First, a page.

Friday, December 31, 2010

Mr. Lam Chik-shang,

Taken at St Paul's Church, Glenealy, Honq Kong, after the wedding of Mr. Lam Chik-shang, the eldest son or Mr. Lam Woo, one of Hong Kongs foremost eontractors and a promlnent member of the Anglo-Chinese Church, to Miss Violet Tock, daughter of the late Mr. and Mrs. Leung Took, of Melbourne, Australia. George N. Tock gave his sister away. The bridesmaids were Misses Sue A. L. Goeey and Grace Suen, while the flower girls wore Misses Joyce Lim and May Law. Mr. Lam Chik-ho supported his brother as best man, and Mr. Wong Ying-hand was groomsman. Evening Post, Volume CVI, Issue 131, 8 December 1928, Page 14

Sue Pee

Sue Pee IN THE LONELY HUT with Sho Leung Shum, the murdered Chinese prospector—^Sue Pee, chief witness for the Crown. (See story of . Kyeburn tragedy on page 8.)

Saturday, December 18, 2010

Raetihi Maori Cemetery

Wong Yee Chong and Wong Gan Chong Auckland

New Zealand Chinese Headstones

In The Mountain's Shadow

In The Mountain's Shadow
A Century of Chinese in Taranaki 1870 to 1970 (ISBN 978-0-473-17508-5)

The year in which the Chinese first arrived in Taranaki is unclear, but it may have been some time before 1874. Entrepreneur Chew Chong had already discovered fungus in the province, having advertising for it in a January 1874 edition of the Taranaki Herald.
This book provides a historical record of the Chinese in Taranaki during this period. A collection of early newspaper articles and advertisements, government records and interviews with locals and families of the early Chinese provide an insight to their lives.
August 2010

Friday, December 10, 2010

Chinese Portraits - Dunedin 1881

Chinese Portraits

This exhibition is a small selection of photographs from the certificates of registration. These were issued by the Collector of Customs in Dunedin, and allowed Chinese and other alien residents to re-enter New Zealand, if leaving temporarily.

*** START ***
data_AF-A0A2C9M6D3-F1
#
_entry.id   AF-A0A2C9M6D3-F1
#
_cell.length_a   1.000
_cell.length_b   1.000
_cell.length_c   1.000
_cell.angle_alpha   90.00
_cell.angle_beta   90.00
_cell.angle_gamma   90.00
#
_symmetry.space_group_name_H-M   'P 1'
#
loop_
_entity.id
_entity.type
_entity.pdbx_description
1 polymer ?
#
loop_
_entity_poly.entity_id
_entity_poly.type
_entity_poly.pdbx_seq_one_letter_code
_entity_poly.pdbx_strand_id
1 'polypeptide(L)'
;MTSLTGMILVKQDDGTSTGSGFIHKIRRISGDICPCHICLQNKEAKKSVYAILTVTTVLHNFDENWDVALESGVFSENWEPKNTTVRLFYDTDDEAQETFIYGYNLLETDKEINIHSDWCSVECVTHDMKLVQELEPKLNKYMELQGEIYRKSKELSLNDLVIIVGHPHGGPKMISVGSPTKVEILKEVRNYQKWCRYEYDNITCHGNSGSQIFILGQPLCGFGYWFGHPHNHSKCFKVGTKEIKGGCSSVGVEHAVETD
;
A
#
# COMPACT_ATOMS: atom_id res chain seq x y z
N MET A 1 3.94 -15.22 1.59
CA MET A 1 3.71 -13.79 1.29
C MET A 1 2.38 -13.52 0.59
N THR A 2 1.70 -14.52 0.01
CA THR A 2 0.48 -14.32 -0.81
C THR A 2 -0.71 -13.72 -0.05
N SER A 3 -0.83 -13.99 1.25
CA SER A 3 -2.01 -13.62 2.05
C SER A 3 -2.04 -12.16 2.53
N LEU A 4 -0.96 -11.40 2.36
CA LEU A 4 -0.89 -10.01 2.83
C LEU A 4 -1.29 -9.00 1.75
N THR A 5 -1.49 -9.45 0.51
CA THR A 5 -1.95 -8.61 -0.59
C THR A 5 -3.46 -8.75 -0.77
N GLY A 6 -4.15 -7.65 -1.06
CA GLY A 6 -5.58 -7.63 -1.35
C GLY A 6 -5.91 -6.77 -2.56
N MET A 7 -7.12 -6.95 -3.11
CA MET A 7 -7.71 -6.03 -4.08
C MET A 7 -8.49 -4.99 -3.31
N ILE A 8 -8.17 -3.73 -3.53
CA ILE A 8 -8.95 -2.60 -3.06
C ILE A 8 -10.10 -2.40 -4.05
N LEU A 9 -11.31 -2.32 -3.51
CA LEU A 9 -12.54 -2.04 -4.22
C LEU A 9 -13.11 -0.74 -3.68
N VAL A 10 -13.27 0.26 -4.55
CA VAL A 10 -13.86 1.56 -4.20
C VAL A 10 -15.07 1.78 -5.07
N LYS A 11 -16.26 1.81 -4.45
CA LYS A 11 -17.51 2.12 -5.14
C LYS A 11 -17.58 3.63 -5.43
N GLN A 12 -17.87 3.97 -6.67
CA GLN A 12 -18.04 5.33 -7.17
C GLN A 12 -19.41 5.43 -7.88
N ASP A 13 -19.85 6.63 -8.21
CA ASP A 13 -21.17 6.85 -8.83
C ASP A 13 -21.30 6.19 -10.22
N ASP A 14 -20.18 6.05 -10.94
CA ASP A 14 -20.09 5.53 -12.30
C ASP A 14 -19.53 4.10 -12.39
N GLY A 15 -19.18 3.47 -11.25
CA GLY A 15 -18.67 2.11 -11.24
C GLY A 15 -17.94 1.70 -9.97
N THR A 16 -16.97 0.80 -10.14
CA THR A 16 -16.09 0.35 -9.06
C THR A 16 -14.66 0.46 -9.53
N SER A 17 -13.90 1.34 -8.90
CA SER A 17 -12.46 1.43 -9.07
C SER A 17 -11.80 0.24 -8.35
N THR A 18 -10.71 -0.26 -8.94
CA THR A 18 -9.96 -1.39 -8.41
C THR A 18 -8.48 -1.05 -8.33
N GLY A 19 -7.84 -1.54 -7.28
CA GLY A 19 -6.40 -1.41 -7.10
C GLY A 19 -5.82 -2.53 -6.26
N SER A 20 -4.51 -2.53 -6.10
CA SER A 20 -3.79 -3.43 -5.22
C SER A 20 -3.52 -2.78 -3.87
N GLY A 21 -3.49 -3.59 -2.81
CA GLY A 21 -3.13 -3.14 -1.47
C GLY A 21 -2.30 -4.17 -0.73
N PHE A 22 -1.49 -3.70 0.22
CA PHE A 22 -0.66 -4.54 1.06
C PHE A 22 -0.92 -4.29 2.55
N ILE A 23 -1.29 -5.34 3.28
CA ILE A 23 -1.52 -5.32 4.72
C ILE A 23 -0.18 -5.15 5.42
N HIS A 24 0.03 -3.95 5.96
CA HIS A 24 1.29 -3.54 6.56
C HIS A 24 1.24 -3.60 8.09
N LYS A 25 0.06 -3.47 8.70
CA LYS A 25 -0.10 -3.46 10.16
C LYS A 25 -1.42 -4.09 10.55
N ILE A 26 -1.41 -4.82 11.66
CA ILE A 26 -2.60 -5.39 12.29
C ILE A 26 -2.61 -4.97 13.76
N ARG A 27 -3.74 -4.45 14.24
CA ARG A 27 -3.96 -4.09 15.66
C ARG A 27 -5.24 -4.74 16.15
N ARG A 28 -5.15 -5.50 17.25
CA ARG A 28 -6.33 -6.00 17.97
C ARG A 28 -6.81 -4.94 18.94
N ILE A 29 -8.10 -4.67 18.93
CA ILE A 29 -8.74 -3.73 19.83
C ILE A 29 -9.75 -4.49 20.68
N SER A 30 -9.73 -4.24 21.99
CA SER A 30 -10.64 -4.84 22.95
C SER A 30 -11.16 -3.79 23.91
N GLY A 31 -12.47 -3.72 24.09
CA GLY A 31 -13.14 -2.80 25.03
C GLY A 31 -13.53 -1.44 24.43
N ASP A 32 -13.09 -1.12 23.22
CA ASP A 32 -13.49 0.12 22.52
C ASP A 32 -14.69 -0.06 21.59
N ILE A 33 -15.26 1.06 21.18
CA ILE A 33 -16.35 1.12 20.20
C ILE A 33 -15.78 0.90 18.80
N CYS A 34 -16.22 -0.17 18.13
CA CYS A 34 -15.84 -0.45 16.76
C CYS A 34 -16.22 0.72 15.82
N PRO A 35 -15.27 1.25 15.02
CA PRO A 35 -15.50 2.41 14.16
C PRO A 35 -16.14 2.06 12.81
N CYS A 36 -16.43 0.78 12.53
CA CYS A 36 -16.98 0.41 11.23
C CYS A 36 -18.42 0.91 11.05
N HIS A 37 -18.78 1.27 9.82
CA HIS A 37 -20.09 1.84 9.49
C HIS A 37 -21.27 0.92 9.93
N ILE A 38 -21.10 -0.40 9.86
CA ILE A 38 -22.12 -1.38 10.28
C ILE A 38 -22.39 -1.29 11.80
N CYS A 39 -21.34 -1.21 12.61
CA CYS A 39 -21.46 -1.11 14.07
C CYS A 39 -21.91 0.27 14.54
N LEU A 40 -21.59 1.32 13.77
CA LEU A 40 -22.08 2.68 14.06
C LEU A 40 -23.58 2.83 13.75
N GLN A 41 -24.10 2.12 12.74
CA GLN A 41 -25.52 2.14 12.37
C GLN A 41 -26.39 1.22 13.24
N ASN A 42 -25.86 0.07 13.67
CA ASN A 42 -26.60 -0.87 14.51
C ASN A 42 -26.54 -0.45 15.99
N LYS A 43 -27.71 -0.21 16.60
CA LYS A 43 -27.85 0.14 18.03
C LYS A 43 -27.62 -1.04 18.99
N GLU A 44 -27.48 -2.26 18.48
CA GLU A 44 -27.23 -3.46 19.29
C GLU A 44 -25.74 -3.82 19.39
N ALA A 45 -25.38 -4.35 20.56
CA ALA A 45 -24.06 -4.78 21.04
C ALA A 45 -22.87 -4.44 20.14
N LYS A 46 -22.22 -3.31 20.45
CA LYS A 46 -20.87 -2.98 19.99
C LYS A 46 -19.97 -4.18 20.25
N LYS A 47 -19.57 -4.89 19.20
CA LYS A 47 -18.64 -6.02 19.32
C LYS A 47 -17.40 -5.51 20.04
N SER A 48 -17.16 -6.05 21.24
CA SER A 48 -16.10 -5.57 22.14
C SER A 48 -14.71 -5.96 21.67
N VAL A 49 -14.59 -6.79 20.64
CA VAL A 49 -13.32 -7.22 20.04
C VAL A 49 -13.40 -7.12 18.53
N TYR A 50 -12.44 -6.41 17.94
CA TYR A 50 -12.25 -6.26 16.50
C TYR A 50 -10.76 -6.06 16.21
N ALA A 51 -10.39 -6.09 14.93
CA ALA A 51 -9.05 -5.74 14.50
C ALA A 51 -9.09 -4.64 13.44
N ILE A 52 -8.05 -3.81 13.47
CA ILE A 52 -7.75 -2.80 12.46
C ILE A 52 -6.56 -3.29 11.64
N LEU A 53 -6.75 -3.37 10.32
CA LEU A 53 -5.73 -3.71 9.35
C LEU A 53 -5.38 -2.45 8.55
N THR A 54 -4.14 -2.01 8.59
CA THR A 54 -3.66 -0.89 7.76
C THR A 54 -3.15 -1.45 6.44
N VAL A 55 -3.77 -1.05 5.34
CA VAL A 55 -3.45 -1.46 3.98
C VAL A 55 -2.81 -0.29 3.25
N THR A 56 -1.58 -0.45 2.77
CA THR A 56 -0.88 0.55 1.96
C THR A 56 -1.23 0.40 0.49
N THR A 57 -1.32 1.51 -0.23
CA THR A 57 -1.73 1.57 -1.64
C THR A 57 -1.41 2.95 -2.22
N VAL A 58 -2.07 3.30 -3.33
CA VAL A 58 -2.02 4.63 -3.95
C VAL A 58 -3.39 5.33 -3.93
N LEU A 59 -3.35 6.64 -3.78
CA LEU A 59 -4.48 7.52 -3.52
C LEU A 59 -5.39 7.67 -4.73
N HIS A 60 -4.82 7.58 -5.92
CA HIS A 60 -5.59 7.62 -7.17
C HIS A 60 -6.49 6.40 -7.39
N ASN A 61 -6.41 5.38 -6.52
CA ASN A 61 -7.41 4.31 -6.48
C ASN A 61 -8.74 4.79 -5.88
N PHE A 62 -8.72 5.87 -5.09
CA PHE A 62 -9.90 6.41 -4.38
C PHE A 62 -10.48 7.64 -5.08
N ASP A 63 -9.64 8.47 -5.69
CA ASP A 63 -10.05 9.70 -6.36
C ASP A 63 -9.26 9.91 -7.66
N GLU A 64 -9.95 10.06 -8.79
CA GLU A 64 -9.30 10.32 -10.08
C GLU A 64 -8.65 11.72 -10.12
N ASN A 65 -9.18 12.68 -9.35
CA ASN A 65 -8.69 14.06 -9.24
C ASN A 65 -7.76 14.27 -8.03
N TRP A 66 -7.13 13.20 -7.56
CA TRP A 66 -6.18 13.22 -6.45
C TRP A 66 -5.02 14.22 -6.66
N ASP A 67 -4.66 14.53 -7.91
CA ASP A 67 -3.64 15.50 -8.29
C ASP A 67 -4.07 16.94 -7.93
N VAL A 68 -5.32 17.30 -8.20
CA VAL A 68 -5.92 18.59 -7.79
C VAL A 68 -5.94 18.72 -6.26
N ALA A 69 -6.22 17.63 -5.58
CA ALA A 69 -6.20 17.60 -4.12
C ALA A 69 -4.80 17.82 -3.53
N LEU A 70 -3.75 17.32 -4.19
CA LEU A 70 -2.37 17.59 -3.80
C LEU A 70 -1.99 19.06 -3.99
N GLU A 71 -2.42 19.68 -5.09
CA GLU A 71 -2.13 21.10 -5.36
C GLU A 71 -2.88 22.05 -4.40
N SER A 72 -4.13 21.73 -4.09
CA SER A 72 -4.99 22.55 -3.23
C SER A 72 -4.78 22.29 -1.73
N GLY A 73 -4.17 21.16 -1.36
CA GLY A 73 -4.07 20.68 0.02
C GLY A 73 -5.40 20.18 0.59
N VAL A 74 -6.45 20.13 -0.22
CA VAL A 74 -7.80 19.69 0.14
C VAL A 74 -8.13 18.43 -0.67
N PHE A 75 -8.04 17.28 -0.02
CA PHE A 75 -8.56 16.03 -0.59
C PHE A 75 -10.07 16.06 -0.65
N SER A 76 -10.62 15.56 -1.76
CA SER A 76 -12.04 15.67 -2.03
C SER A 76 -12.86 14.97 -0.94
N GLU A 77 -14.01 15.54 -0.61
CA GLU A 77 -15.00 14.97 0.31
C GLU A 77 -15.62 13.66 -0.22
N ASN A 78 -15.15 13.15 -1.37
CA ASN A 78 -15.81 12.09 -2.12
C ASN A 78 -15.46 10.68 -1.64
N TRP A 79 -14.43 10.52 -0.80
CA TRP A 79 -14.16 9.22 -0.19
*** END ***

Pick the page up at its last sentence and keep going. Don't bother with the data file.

The Chinese Immigrants Act 1881 and the Immigration Restriction Act 1899 and its amendments, set out details of requirements to be met by aliens entering New Zealand. Permits were generally needed and, for this reason, aliens living in this country and departing overseas temporarily, needed certificates of registration to ensure that they would be permitted to re-enter New Zealand.

These certificates of registration were issued by the Collector of Customs in Dunedin. They were issued in duplicate, with one copy given to the alien and one retained by the Collector.

Upon return (not necessarily to the same port), the certificate was presented to Customs officials, and once positively identified, the alien was allowed to enter. The surrendered certificate was then forwarded to the Collector of Customs who had issued it, where it was subsequently filed with his copy. For Chinese, the certificates also exempted them from paying the poll tax required under the Chinese Immigrants Act 1881, provided they had paid it on their first entry.

The certificates generally show the following details - port and date of issue of certificate, name of alien and place of residence, identification particulars such as the place and date of birth, physical features, arrival details, and a photograph. Some of the earlier certificates also required fingerprints. Some of the certificates also have attached the initial application, or correspondence regarding the individual concerned.